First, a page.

Bill Clinton: The first post-Democratic president

(The second, of course, was Barack Obama. Did I mention, the Democratic party must die? Ed.)
Clinton was not only politically realistic, he was culturally comfortable. He projected the image of an outsider, yet had adapted to the ways of capital insiders.  Official Washington — including government, media and the lobbies — functions in many ways like America’s largest and most prestigious club, a sort of indoor, east coast Bohemian Grove in which members engage in endless rites of mutual affirmation combined with an intense but genteel competition that determines the city’s tennis ladder of political and social power. What appears to the stranger as a major struggle is often only an intramural game between members of the same club, lending an aura of dynamism to what is in truth deeply stable.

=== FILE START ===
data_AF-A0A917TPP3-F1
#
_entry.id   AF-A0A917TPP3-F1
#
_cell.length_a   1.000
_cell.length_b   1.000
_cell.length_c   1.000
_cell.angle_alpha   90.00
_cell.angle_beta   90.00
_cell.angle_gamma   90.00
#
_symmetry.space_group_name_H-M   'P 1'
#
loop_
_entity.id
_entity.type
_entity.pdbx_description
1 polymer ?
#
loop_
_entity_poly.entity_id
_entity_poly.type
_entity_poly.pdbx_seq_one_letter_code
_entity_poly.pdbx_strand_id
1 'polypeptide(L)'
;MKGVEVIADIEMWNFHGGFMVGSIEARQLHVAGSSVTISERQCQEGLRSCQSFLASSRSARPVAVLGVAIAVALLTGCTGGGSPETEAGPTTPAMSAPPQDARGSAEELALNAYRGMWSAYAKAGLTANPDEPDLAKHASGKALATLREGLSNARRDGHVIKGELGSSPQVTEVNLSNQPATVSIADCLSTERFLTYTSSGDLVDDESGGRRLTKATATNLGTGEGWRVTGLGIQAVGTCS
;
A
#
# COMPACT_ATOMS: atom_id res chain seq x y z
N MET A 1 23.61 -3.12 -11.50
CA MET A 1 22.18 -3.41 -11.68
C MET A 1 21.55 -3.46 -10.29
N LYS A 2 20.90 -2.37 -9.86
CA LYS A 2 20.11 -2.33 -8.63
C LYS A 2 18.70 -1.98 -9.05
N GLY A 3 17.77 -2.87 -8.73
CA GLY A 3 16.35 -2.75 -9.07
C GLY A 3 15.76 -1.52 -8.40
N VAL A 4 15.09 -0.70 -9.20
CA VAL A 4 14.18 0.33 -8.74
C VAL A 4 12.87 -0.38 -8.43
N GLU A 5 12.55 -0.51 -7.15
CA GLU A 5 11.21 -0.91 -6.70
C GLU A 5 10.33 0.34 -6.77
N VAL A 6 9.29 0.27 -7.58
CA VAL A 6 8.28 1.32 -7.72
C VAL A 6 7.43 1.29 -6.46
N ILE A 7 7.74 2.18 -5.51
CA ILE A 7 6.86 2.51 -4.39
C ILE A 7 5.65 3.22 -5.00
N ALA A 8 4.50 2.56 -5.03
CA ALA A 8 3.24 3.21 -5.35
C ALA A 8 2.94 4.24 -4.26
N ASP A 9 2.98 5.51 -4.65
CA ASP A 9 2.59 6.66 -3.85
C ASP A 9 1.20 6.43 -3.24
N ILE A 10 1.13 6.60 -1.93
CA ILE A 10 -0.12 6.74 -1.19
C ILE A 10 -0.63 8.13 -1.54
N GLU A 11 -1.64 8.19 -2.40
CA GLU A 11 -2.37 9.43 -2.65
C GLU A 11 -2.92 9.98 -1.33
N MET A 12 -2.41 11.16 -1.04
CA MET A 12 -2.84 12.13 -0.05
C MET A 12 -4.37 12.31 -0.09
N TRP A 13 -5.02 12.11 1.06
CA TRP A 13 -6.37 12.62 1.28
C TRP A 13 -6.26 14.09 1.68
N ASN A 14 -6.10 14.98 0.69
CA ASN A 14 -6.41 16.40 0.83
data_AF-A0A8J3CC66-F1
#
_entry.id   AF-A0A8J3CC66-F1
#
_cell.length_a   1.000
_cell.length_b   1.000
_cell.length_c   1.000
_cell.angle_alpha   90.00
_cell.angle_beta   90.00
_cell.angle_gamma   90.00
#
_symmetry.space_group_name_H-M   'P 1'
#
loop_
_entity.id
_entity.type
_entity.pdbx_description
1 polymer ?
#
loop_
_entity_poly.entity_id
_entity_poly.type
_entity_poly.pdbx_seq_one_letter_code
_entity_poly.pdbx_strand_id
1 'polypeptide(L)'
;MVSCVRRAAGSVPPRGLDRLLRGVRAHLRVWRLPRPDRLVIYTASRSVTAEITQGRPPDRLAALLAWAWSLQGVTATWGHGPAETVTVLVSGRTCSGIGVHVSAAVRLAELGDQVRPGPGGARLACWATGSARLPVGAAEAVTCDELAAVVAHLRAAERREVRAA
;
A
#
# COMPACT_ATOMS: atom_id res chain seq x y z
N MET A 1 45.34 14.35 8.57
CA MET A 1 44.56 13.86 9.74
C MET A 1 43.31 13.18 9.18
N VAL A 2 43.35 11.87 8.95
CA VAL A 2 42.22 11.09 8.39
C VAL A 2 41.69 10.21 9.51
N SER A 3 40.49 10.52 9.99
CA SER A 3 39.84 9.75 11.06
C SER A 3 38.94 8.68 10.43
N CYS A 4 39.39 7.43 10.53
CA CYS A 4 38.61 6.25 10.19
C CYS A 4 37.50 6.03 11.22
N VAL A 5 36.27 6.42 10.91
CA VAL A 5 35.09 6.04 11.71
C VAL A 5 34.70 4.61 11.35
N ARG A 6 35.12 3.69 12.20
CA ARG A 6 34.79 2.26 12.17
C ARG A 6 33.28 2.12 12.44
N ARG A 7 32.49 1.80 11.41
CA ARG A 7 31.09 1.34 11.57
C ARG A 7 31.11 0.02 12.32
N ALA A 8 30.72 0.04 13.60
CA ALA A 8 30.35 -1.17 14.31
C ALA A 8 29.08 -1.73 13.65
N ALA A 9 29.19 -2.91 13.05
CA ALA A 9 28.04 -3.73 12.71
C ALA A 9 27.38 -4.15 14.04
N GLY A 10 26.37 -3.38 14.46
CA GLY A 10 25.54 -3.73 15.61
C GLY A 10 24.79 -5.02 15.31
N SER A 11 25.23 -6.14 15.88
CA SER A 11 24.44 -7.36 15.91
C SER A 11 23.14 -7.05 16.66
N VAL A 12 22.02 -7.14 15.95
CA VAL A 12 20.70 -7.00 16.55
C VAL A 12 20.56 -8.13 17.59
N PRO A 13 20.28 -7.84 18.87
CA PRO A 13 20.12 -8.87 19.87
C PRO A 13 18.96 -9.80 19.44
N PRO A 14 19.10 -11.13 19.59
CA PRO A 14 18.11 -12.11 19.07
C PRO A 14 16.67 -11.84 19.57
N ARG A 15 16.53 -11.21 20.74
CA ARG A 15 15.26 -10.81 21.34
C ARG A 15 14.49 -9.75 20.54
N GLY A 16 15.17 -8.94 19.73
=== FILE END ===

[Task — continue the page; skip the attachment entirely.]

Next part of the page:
Clinton did not disappoint. He became our first post-Democratic president and began disassembling sixty years of Democratic progress buy such things as cutting social welfare and ending the Glass-Steagall Act, the latter contributing in a big way to our later economic disaster.

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